I learned two things with the recipe.
1. Throwing lentils in a pot and calling it dinner, isn’t just a ‘Leah’ thing. Other people do it too.
2. Don’t try dry roasting Garam Masala. Just don’t.
To my first point, I’ve been eating cooked lentils for years. It’s quick, easy, and ridiculously cheap. Split red lentils in particular cook up extra fast, and with a little salt, aren’t bad – a little bland, but still perfectly edible. Lentils are a blank canvas – kind of like tofu. Plain, they’re very lightly flavored, delicately textured, and the perfect accompaniment to a ‘louder’ dish. Spruce them up a bit though and they can quickly become the life of the party!
I’ve been experimenting with different takes on lentils for a while now. They are such a versatile dish, going from a classy yet muted French accompaniment, served with a flavorful roast duck, to the heart and soul of a mouth-numbing, and oh-so-addictive curry all by just altering a few spices. I even made them once with a ginger-carrot puree under a sweet and crispy teriyaki tofu ‘steak’. Heaven.
But lately I’ve been on an Indian food kick, so I decided to resurrect my old Dal recipe and perfect it. I tweaked a few quantities here and there for the spices, and I added a step to skin the tomatoes which really helps with consistency. I know it adds a few minutes on, but trust me, it’s worth it.
I also tried dry roasting my garam masala. Mistake. Maybe it made it taste better, I wouldn’t know. The powder burned and stuck to the bottom of the pan, and what didn’t stick plumed up into the air like a mini destructo-bomb. I have been coughing for two days straight now and feel like I have permanently burned the inside of my nose with India flavor. So maybe it’s not the end of the world after all.
So that being said, don’t make the same mistake I did, put your garam masala into the spice grinder and skip the pan.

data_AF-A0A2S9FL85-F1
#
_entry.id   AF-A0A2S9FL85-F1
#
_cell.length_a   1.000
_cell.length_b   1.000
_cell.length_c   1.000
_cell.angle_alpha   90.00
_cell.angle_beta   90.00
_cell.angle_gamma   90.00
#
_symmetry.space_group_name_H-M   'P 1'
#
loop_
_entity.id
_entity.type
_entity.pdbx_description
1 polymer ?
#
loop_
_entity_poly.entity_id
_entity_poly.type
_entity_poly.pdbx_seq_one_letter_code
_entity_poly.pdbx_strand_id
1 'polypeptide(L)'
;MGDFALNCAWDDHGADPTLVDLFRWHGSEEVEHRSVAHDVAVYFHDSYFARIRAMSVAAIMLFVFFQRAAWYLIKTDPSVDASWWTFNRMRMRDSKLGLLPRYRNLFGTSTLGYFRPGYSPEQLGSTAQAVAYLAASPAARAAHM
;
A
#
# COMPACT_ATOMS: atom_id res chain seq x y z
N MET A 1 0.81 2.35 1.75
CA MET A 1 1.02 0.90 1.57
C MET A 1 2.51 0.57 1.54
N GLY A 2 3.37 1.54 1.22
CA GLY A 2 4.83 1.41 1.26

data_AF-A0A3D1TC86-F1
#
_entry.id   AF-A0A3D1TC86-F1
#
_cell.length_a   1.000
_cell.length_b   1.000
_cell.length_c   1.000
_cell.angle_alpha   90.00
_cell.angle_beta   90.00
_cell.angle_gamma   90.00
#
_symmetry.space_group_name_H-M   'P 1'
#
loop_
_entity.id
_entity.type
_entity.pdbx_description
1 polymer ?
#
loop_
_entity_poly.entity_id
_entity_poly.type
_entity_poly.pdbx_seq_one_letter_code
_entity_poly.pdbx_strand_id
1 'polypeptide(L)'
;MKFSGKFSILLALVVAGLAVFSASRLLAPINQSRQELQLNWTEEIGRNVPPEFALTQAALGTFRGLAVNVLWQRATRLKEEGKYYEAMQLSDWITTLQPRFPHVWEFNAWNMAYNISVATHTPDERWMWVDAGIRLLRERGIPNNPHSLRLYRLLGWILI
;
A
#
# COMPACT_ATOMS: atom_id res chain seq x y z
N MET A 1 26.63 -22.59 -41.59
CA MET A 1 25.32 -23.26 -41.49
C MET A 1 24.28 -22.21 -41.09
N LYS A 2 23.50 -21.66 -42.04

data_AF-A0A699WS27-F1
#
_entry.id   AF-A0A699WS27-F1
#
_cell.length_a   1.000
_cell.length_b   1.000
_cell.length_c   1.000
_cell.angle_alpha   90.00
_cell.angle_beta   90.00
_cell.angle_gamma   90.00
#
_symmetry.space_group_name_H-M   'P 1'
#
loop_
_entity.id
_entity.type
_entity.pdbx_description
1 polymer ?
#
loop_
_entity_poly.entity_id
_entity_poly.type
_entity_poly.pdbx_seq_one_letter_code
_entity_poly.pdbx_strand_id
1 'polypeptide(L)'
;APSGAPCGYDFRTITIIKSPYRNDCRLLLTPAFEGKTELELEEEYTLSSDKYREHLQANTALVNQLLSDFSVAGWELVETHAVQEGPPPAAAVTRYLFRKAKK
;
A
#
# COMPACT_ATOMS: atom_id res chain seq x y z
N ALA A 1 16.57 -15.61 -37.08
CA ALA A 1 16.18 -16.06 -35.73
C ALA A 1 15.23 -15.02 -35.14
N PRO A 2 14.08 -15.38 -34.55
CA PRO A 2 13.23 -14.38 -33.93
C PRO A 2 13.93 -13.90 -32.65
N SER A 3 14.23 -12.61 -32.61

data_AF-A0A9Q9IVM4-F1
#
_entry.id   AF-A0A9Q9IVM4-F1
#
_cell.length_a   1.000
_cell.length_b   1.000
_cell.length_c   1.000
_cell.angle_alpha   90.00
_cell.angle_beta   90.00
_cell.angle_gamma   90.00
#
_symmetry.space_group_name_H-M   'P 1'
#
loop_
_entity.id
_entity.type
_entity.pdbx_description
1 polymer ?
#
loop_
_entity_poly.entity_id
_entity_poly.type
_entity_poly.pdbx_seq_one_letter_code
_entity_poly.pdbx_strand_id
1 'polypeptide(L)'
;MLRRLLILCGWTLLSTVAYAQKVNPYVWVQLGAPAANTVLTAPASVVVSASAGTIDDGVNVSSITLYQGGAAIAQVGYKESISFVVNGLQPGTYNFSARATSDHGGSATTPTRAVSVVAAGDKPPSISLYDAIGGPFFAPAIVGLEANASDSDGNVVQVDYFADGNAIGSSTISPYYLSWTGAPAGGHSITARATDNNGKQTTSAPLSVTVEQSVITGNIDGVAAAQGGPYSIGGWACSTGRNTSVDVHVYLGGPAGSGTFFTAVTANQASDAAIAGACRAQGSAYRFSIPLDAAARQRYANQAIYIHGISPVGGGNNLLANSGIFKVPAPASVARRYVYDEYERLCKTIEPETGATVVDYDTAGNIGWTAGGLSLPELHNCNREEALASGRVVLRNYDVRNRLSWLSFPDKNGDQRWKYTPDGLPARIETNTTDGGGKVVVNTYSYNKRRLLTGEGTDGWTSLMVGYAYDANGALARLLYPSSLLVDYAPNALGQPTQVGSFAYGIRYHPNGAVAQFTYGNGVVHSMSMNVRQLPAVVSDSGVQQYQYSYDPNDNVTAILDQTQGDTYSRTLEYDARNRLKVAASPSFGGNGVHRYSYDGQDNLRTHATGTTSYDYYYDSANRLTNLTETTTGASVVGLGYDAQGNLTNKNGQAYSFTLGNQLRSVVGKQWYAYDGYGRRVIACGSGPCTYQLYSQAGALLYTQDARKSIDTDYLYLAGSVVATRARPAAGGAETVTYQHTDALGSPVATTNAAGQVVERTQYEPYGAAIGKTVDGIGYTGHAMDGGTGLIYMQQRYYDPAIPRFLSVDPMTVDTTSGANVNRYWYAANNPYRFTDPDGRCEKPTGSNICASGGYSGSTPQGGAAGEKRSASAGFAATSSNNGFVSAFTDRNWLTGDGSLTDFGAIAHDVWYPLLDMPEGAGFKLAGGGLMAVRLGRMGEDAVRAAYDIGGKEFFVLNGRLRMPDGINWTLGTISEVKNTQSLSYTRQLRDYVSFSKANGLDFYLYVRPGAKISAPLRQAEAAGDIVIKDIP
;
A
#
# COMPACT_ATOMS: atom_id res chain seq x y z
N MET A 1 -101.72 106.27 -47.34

Also beware of the Thai chilies. They have great flavor, and without doubt elevate this dish, but they can also take over very quickly. Two of them is plenty to season everything, and if you’re sensitive to spice, maybe just stick with one. Unless you’re made of adamantium, you’re also going to want to make sure that you seed them. The seeds are where the real spice is. I made my husband try it without seeding, and he’s pretty tough (IMHO)!! Regardless, it had his eyes watering and mouth stinging for awhile. You have been warned!
I like my Dal thick. Like scoop up with a chunk of Naan thick. If you prefer it soupier, than just add some more water in the final step where the lentils get blitzed in the blender. Also, after sitting in the fridge for a day or two the lentils will absorb more liquid, so you may want to thin it out a bit before reheating.
This can keep in the fridge for up to a week and will actually taste better the longer it sits. I doubt it will sit around that long though!
- 1 1/2 Cup Red Lentils, halved
- 1 tsp Salt
- 1 tsp Lemon Juice
- 3 medium Tomatoes, cored
- 1 medium Onion
- 1/2 inch Ginger root, peeled
- 2 cloves Garlic, peeled
- 2 whole Jalepenos, stemmed
- 1/2 inch Turmeric Root, peeled
- 2 Tbsp Cilantro
- 2/3 Cup Vegetable Stock
- 1 tsp Cumin Seeds
- 2-3 whole, seeded Dried Thai Chili (bird's eye),
- 1 tsp Coriander Seeds
- 1 tsp Garam Masala
Toss all dried spices except Garam Masala over high heat in a small saucepan until just fragrant, 30-60 seconds. Transfer everything (including Garam Masala) to a spice blender or mortar and pestle and grind to a find powder.
Put a 2 quart saucepan over high heat and bring about 5 cups of water to a boil.
Drop tomatoes in, one at a time and roll around for about 45 seconds - 1 minutes. Pull out of the boiling water with a tongs, slip off of the peels and core. Set aside.
Roughly chop the onion, ginger, garlic, jalapenos and turmeric. In a large saucepan or high sided skillet heat a tbsp of cooking oil until glossy. Drop in the chopped veggies and saute until browned. Remove from heat and place in a blender with remaining base ingredients and skinned tomatoes. Process until smooth and creamy.
Add another tbsp of oil into the same large saucepan and heat to glistening. Pour in the lentils. Stir around until just beginning to brown. Pour in the base and dry spice and stir thoroughly. Cook over medium low heat until lentils are cooked through and Dal is thick and creamy. 25 - 35 minutes.
Scoop out about 1/2 cup of Dal and place in a blender with 1/4 - 1/2 cup of water (depending on consistency you would like) Process until creamy and smooth and then stir back into Dal.
Bring Dal back to high heat and serve warm.